Suicide prevention becomes awkward when the conversation shifts from trying cope with emotional concerns to actively saving someone from suicide. Suggesting ways one can feel better seems noble.
As soon as you make it clear that you feel the person is capable and willing to take his or her own life, it gets awkward. That never goes away, but the awkwardness should never be avoided.
When we hung up, I didn’t know how to feel. We made an agreement to get together when I returned from vacation, but I still felt uneasy about where I left him. I texted him some more encouragement, and asked him to hold on until I get back. I emphasized the importance of the Veterans Crisis Line, and that he should call it when he feels like this. I gave him the number, and reiterated my advice. I asked him to hold on for just 10 more days so we could talk face to face.
“Honestly, I will promise to try,” he texted. “But I can only do that.”
I boarded my plane and found my seat. I was scared. I knew there was more that I could do. I knew there was more that I should do. Thoughts of hearing the news that he had taken his life plagued my head. My eyes swelled. There was no way I could enjoy my trip if I didn’t exhaust all of my resources.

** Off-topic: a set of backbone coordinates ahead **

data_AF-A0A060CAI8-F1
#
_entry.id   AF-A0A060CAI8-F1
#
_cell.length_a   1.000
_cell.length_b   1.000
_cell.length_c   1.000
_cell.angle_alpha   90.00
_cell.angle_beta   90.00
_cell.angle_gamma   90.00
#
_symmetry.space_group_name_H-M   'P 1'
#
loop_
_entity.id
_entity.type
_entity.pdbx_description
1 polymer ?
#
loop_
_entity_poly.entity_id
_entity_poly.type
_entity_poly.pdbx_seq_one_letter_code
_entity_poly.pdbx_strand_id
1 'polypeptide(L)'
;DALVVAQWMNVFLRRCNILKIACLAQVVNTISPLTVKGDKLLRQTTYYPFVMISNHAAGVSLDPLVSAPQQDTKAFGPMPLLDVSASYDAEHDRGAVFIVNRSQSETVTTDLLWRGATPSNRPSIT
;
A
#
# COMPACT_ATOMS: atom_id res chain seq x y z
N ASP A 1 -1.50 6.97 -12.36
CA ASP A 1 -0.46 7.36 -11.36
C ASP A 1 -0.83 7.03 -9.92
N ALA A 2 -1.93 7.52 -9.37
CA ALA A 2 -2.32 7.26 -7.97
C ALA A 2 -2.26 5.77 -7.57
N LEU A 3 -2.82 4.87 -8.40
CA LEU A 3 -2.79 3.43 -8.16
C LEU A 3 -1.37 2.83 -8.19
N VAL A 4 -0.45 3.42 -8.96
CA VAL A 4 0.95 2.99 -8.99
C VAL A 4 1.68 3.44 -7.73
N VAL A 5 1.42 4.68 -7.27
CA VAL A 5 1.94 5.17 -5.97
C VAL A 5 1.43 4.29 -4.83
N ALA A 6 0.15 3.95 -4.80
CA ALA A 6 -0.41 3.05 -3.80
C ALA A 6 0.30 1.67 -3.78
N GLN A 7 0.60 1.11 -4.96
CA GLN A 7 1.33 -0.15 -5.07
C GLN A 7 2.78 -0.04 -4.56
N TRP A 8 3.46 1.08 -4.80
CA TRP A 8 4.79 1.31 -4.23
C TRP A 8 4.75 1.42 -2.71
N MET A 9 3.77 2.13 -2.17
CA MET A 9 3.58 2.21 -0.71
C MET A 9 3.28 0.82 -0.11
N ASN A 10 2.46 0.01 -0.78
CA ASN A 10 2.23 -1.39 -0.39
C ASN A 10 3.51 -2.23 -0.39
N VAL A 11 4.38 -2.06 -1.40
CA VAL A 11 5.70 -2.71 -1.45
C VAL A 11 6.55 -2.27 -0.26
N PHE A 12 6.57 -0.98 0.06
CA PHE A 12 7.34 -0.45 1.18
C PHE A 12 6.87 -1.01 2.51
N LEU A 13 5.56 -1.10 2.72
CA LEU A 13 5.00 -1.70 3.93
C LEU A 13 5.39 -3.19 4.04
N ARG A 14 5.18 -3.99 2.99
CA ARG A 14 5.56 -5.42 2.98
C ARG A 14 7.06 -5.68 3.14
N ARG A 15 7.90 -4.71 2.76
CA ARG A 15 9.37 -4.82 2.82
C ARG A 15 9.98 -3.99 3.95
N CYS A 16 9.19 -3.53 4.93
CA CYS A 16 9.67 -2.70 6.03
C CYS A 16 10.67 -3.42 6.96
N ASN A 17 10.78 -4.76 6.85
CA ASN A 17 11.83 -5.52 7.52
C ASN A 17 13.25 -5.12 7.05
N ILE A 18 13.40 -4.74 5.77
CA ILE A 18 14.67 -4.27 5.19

I got my phone out and went to the Veterans Crisis Line website. I saw an online chat option, so I clicked on that, unsure if it would work on my device. A chat box opened. I wasn’t confident that it would work. Despite working at VA and seeing the good work being done, the reports of its shortcomings convinced me I’d be let down.
I wasn’t. A woman’s name popped up and asked me how I was doing. I typed furiously about the situation. My friend needed to be reached out to. He needed help. He needed more reminders, past my own, that he’s cared for. She prompted me for information and I gave her everything I could. She said she needed to speak with me before she could reach out to Colin. I explained that I was literally on a plane in taxi about to take off. She recognized my situation and said she’d attempt to reach out to my friend.
She explained what the process would be from that point. Then, unexpectedly, she asked me if I was OK. “Are you, yourself having any thoughts of suicide with this stress.” My heart warmed a little. “I’m not,” I responded. “Thank you for asking.”